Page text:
Paris from the Earliest Period to the Present Day; Volume 1
305 Pages
English
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Paris from the Earliest Period to the Present Day; Volume 1

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305 Pages
English

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The Project Gutenberg EBook of Paris from the Earliest Period to thePresent Day; Volume 1, by William WaltonThis eBook is for the use of anyone anywhere at no cost and withalmost no restrictions whatsoever. You may copy it, give it away orre-use it under the terms of the Project Gutenberg License includedwith this eBook or online at www.gutenberg.orgTitle: Paris from the Earliest Period to the Present Day; Volume 1Author: William WaltonRelease Date: December 11, 2009 [EBook #30651]Language: English*** START OF THIS PROJECT GUTENBERG EBOOK PARIS ***Produced by Juliet Sutherland, Chuck Greif and the OnlineDistributed Proofreading Team at http://www.pgdp.netPARISFROM THE EARLIEST PERIOD TO THE PRESENT DAYVOLUME ITHE SEINE AT BOUGIVALTHE SEINE AT BOUGIVALPHOTOGRAVURE, AFTER THE PAINTING BY JULIUS L. STEWART IL FLOTTE SANS ÊTRE SUBMERGÉ image of a crownP A R I SFROM THE EARLIEST PERIOD TO THE PRESENT DAYimage ship and William Walton, Volume IVOLUME IPHILADELPHIAGEORGE BARRIE & SON, PUBLISHERSCOPYRIGHT, 1899, BY GEORGE BARRIE & SONCONTENTSVOLUME IINTRODUCTIONCHAPTER IGALLO-ROMAN AND PRE-MEDIÆVAL PERIODSCHAPTER IITHE COURT AND THE UPPER CLASSESCHAPTER IIITHE BOURGEOIS AND THE LOWER CLASSESINTRODUCTIONTHE MARTYR; MEROVINGIAN PERIOD, tapestryTHE MARTYR; MEROVINGIAN PERIOD. By F. Bac, from a tapestry.INTRODUCTIONIIF It hIe capital of the French nation, situated on the river Seine, were simply the most beautiful, the wittiest, wickedest ...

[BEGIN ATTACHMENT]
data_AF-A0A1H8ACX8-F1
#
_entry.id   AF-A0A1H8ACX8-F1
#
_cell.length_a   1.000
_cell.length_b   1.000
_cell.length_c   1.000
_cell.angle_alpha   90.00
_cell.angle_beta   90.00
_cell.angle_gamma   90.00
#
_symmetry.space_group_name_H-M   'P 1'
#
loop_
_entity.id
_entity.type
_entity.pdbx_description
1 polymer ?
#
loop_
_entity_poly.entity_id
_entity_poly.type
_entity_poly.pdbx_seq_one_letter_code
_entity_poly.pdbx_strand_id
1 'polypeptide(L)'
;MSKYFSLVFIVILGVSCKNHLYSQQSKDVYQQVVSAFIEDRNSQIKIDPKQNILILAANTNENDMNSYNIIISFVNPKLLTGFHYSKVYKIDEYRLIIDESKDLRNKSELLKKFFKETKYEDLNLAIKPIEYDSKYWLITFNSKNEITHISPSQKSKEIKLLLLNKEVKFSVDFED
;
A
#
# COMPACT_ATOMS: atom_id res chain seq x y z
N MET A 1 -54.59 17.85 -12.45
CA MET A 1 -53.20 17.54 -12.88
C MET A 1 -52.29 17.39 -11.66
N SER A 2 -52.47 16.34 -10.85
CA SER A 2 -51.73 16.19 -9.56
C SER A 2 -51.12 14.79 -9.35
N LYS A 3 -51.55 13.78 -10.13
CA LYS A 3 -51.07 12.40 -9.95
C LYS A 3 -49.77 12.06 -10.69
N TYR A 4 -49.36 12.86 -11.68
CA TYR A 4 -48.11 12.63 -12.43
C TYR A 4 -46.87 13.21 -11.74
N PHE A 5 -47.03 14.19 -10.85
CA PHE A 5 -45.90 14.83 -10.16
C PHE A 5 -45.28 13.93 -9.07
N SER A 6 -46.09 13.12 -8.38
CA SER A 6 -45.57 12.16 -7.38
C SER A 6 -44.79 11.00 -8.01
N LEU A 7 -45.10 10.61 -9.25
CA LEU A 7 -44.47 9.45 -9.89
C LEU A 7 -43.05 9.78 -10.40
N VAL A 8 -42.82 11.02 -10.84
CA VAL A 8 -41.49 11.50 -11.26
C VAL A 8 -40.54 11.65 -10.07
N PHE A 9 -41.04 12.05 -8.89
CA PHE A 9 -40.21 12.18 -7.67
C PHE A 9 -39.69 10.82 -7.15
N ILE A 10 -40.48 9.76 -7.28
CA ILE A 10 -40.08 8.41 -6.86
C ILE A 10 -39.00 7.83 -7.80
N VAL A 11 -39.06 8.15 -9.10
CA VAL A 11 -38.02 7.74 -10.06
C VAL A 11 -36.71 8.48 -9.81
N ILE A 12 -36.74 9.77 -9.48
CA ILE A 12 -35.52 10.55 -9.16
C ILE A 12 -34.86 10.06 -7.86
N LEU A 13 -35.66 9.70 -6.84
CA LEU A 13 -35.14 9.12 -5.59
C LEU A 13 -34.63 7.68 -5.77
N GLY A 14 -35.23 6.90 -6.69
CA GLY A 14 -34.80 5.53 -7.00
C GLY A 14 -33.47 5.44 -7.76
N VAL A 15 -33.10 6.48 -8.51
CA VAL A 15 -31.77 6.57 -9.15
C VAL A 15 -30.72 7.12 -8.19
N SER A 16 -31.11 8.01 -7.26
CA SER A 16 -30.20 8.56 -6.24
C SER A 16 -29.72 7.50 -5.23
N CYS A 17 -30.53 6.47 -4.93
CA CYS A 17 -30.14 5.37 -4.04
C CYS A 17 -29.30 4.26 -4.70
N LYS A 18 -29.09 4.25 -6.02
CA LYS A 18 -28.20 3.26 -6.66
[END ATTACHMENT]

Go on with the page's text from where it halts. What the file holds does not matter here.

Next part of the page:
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The Project Gutenberg EBook of Paris from the
Earliest Period to the
Present Day; Volume 1, by William Walton
This eBook is for the use of anyone anywhere at no
cost and with
almost no restrictions whatsoever. You may copy it,
give it away or
re-use it under the terms of the Project Gutenberg
License included
with this eBook or online at www.gutenberg.org
Title: Paris from the Earliest Period to the Present
Day; Volume 1
Author: William Walton
Release Date: December 11, 2009 [EBook #30651]
Language: English
*** START OF THIS PROJECT GUTENBERG EBOOK
PARIS ***
Produced by Juliet Sutherland, Chuck Greif and the
Online
Distributed Proofreading Team at http://www.pgdp.netDistributed Proofreading Team at http://www.pgdp.net
PARIS
FROM THE EARLIEST PERIOD TO THE PRESENT
DAY
VOLUME I
THE SEINE AT BOUGIVAL
THE SEINE AT BOUGIVAL
PHOTOGRAVURE, AFTER THE PAINTING BY
JULIUS L. STEWART
IL FLOTTE SANS ÊTRE SUBMERGÉ
image of a crown
PARIS
FROM THE EARLIEST PERIOD TO THE PRESENT
DAY
image ship and William Walton, Volume I
VOLUME I
PHILADELPHIAGEORGE BARRIE & SON, PUBLISHERS
COPYRIGHT, 1899, BY GEORGE BARRIE & SON
CONTENTS
VOLUME I
INTRODUCTION
CHAPTER I
GALLO-ROMAN AND PRE-MEDIÆVAL PERIODS
CHAPTER II
THE COURT AND THE UPPER CLASSES
CHAPTER III
THE BOURGEOIS AND THE LOWER CLASSES
INTRODUCTION
THE MARTYR; MEROVINGIAN PERIOD, tapestry
THE MARTYR; MEROVINGIAN PERIOD. By F. Bac,
from a tapestry.
INTRODUCTION
I
I I IF the capital of the French nation, situated on the
river Seine, were simply the most beautiful, the
wittiest, wickedest, and most artistic of towns, if—as
has been so often asserted (and not exclusively by thecitizens thereof)—the most commonplace and the
most brilliant of human manifestations alike take on
new qualities, texture, and interest the moment they
become Parisien, then, indeed, would this city be
entitled to be considered only with that mild offence
which is the proper intellectual attitude before all so-
claimed earthly superlatives. But Paris is by no means
to be so disposed of. The very peccability of her wit is
demonstrated by the extravagant claims which it
permits itself. No God-given institution proclaims itself
as such,—at least, noisily. It is the shadings to this
brilliant picture, the exceeding width and depth and
blackness of the sun-spots on this luminary of
civilization, which relieve us from any easy toleration
and compel us to the liveliest attention. One of her
many qualities is that of representing and, too often, of
acting for the whole country,—indeed, la centralisation